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Dissecting Martin Luther’s beer argument- Part 1

15 Jul

Martin Luther and beer

Soon we will celebrate the 500th anniversary of Martin Luther publicizing his 95 ‘bones of contention’ with the prevailing Roman church of the time. Not among them was the following argument, but we can have some fun with this example of Luther’s logic.  Let’s see if it’s sound.

“Whoever drinks beer, he is quick to sleep; whoever sleeps long, does not sin; whoever does not sin, enters Heaven! Thus, let us drink beer!”

To determine if an argument is sound, we must test its validity and truthfulness. On to validity to check if Luther DID construct his argument correctly in how he laid it out.

  • Step # 1 is to ‘translate’ it into logical form.  When we encounter the pronoun ‘whoever’, we substitute the universal quantifier ALL.

P1 – All those who drink beer are those who are quick to sleep

P2 – All those who sleep long are those who do not sin

P3 – All those who do not sin are those who enter Heaven

C – Therefore, all people who drink beer are those who enter Heaven.

Maybe this is the first time you have encountered a chain argument.  Don’t be thrown off by the existence of 3 explicit premises plus the conclusion.

Aristotle never mentioned this argument, although it is named for him.  The Aristotelian or classic ‘Sorites’ is a series of 2 or more syllogisms with accompanying unstated conclusions until the very last one.

Aristotle

Using letters to stand in for the subjects and predicates (what precede and follow the ‘is/are’ in each premise) we get:

P1 – All A is B

P2 – All B is C

P3 – All C is D

Therefore, all A is D

What is missing in THIS case is one implicit conclusion leading to the final one. As logical gals and guys, we have to flush it out.  In general with all sorites we articulate the ‘hidden’ conclusions by extrapolating them through re-ordering two premises at a time in order to create separate syllogisms. In our argument above, there are only 3 premises and you’ll see that we tease them out to form 2 syllogisms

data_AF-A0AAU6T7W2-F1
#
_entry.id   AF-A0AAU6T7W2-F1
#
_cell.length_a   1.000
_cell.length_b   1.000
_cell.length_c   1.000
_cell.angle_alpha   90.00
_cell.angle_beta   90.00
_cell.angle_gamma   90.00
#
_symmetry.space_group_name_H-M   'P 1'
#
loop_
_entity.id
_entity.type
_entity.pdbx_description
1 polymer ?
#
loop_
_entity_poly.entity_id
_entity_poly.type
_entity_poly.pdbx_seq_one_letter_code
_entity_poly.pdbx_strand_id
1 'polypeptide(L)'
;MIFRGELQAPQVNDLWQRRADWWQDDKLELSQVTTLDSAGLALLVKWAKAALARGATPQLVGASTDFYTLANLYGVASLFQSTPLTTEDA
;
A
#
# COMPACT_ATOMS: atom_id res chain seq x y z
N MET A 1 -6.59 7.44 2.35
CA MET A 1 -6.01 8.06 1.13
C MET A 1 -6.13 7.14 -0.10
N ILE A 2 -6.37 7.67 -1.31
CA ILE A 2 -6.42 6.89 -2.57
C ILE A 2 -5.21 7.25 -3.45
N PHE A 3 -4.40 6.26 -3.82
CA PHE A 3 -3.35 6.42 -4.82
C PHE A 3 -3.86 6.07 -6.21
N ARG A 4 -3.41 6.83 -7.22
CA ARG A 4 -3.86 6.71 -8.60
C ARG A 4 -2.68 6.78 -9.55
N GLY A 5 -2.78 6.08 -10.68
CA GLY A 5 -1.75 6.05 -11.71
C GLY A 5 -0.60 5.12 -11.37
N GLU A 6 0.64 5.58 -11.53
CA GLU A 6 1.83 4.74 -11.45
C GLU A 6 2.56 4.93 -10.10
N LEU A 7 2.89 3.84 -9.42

Watch what happens when we switch the position of P1 and P2 and deductively bring to light the hidden conclusion. (Not to worry, we are following a ‘school’ procedure that is perfectly prescribed for just this kind of argument.)

P2 – All B is C  – All those who are quick to sleep are those who do not sin

P1 – All A is B  – All those who drink beer are those who are quick to sleep

C1 -Tf, All A is C  – Therefore, all those who drink beer are those who do not sin (unspoken by Luther)

*

Next we bring down P3 – All C is D  –  All those who do not sin are those who enter heaven

and place underneath it our ‘new’ C1 – All A is C  All those who drink beer are those who do not sin

Following along deductively we arrive at – Therefore, all A is D – Therefore, all those who drink beer are those who enter heaven

and we notice that this latest conclusion, renamed C2 from C1, was the original one in Luther’s argument –  Therefore, all who drink beer are those who enter heaven.

We’ll stop here for this week. The argument IS valid in that the premises and both the extrapolated as well as original conclusions are in the correct form.  Let me know what might still be unclear.  Next time, God willing, we’ll tackle the truthfulness of each premise.  If we determine that the premises are true, it follows that the conclusions must be true because we know the sorites is correctly laid out.  But only if we find all to be true can we THEN conclude that Martin Luther presented a SOUND argument to his beer-swilling buddies!